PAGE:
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Emergency Declared at Nuclear Waste Site in Washington State
The Department of Energy declared an emergency Tuesday at a plutonium-handling facility at the Hanford Nuclear Reservation in Washington state after a tunnel partly collapsed. Federal officials said, there was "no indication of a release of contamination at this point."
Hundreds of Workers were told to evacuate or take cover as officials responded to reports of "a cave-in of a 20 foot section of a tunnel that is hundreds of feet long that is used to store contaminated materials," according to a statement from the U.S. Department of Energy (DOE).
"The tunnel itself was breached. There was a 20-foot wide hole," a spokeswoman for the Department of Energy said by telephone from the Hanford Joint Information Center.
The tunnel, located next to the Plutonium Uranium Extraction Facility, also known as PUREX, is in the center of Hanford in an area known as the 200 East Area.
"The PUREX facility is one of Hanford's most contaminated areas," Dan Serres, conservation director at Columbia Riverkeeper, told EcoWatch. "It was the source for the majority of Hanford's weapons plutonium, and Hanford itself produced more than two-thirds of the plutonium in the U.S."
"The tunnel collapse is a disturbing event, and we hope for the safety of all the workers in the area," Serres continued. "Their work is critical to protecting our region and the Columbia River. Looking forward, we will be watching closely to see how the U.S. Department of Energy continues the cleanup effort in this area and throughout the Hanford site."
The Energy Department said via Twitter that Sec. Perry "has been briefed on the incident." The most recent update from the DOE, said crews were continuing to monitor the air as employees were being released early as a precaution.
"This is a potentially serious event," Edwin Lyman, a senior scientist at the Union of Concerned Scientists, said. "I can see why the site ordered emergency measures. Collapse of the earth covering the tunnels could lead to a considerable radiological release."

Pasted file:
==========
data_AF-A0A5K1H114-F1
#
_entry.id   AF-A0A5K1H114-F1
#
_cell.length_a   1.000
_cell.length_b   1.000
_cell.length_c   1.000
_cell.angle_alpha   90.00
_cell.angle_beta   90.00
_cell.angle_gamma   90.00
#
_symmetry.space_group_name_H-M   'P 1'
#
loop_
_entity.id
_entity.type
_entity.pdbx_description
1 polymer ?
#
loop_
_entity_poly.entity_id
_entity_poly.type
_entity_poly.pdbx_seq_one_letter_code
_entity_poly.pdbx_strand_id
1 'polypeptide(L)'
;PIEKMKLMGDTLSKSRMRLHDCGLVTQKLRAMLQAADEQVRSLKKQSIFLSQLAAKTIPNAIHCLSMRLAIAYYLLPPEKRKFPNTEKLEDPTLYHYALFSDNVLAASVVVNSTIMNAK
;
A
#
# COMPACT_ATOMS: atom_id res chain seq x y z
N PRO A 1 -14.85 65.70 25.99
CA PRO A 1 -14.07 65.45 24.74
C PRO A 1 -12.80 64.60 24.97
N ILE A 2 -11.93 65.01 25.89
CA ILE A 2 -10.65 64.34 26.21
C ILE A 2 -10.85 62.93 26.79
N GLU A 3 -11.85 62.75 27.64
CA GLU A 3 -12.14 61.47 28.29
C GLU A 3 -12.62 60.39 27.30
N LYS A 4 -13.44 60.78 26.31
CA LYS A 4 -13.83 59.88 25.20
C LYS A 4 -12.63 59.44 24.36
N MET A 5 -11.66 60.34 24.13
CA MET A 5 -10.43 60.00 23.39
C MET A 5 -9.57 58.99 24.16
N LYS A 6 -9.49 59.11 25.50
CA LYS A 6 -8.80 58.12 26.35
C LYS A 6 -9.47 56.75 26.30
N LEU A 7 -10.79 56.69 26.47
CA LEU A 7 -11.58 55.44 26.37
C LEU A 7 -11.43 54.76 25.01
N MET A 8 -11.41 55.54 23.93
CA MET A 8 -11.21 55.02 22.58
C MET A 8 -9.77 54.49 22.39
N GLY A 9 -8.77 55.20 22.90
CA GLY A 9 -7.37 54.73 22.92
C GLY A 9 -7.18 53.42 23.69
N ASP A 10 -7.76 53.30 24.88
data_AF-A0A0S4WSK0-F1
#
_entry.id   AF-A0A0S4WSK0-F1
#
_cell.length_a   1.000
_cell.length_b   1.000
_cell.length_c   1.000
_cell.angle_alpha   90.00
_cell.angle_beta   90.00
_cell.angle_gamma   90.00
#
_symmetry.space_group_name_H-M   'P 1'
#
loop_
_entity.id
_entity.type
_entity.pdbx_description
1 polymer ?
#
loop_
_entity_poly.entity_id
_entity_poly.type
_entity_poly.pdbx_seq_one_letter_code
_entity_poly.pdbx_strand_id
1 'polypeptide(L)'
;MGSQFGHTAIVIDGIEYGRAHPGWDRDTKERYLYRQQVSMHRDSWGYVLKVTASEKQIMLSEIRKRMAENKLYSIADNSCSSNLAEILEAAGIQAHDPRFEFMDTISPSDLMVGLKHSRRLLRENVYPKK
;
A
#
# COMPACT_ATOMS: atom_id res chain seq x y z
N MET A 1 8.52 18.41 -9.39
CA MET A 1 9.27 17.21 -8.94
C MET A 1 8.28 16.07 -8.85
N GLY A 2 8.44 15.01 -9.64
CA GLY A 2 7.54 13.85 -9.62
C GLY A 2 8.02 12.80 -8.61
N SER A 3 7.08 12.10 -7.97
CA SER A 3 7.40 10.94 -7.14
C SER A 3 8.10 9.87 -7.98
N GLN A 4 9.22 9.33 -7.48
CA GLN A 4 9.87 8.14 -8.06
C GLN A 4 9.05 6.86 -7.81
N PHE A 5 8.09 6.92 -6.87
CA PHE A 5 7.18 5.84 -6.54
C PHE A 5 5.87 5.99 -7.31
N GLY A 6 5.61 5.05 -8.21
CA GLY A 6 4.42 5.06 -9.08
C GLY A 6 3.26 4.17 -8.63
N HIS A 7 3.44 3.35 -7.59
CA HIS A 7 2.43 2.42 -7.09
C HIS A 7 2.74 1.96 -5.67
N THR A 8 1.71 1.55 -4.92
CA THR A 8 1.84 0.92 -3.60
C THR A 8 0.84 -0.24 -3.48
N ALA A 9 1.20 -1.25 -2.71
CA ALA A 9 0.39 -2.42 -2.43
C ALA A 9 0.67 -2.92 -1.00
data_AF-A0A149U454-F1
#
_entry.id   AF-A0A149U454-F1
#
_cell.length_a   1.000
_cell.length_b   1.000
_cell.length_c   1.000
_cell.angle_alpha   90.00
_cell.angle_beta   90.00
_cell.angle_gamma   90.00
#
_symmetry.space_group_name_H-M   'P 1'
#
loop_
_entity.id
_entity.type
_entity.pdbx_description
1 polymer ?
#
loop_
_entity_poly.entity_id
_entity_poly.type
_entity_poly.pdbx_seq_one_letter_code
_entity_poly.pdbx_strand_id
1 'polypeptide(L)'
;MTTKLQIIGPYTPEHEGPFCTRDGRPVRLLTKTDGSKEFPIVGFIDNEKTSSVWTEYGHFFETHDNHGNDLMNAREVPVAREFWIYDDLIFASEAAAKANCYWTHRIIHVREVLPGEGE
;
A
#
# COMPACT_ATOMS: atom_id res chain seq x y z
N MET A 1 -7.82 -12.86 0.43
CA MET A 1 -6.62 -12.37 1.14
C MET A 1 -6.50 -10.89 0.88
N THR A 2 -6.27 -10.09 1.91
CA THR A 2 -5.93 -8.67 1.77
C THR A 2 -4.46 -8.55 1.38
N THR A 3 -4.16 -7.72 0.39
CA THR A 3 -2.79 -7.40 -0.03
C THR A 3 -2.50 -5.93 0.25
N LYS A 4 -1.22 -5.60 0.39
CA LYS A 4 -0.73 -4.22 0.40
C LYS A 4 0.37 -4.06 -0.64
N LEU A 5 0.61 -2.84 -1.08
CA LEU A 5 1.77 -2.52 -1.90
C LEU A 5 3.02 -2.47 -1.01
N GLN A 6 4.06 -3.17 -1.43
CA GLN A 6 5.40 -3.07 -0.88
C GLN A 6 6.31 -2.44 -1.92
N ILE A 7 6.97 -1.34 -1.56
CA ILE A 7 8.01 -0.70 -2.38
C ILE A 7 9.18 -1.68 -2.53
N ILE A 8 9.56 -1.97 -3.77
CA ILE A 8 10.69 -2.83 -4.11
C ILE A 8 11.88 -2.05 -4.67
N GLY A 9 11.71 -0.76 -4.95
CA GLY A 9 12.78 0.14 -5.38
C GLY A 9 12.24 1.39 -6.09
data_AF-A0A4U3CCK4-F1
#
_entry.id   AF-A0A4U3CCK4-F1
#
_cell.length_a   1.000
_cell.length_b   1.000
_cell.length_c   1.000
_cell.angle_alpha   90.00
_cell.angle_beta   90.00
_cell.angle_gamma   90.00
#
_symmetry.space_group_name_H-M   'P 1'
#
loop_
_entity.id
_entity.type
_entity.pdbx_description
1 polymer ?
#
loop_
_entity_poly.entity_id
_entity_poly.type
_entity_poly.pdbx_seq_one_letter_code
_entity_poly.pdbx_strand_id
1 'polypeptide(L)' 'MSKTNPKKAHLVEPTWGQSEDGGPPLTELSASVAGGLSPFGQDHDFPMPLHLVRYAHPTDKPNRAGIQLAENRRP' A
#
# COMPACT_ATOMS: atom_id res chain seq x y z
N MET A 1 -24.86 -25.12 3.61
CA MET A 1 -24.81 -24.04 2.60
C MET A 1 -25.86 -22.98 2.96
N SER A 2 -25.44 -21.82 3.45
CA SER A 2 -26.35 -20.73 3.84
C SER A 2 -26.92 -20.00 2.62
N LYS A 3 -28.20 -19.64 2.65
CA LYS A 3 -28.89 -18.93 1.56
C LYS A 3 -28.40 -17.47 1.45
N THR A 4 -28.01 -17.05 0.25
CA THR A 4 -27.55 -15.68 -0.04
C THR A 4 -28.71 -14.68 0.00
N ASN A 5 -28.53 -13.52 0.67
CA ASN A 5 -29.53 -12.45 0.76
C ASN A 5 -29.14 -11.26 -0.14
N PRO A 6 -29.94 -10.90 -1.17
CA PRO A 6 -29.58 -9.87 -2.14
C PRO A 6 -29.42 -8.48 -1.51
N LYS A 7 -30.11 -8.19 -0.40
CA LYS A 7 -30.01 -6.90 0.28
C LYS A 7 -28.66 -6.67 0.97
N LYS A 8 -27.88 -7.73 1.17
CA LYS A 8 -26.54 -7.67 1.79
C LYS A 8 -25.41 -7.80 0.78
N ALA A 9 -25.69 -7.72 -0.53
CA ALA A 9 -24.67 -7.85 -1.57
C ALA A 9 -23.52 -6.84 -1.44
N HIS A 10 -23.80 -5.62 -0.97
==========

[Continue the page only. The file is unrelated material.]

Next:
The Hanford site, in southeastern Washington about 170 miles east of Seattle, is known for being the most contaminated nuclear site in the country. The facility made more than 20 million pieces of uranium metal fuel for nine nuclear reactors along the Columbia River. The reactors produced plutonium for America's defense program. Production ended at the facility in the late 1980s, and cleanup began in 1989, after a landmark agreement between the DOE, the U.S. Environmental Protection Agency and Washington state.
According to a report late last year from the Oregon Public Broadcasting:
"Hanford is the nation's largest nuclear cleanup site, with 56 million gallons of radioactive waste sitting in old, leaky underground tanks just a few hours upriver from Portland. After more than 20 years and $19 billion[,] not a drop of waste has been treated.
"Hanford sits next to the Columbia River. It was one of the original Manhattan Project sites. Its nine nuclear reactors irradiated uranium fuel rods. That created plutonium, which was extracted with chemicals, processed and shipped to weapons factories. Each step produced radioactive waste. ...
"The stored waste has to be treated in special rooms called black cells, which are too radioactive for humans to enter. The machinery in these black cells is supposed to operate for 40 years with no direct human intervention. If something goes wrong, the cells could be damaged."
Watch here to learn more about the Hanford site:
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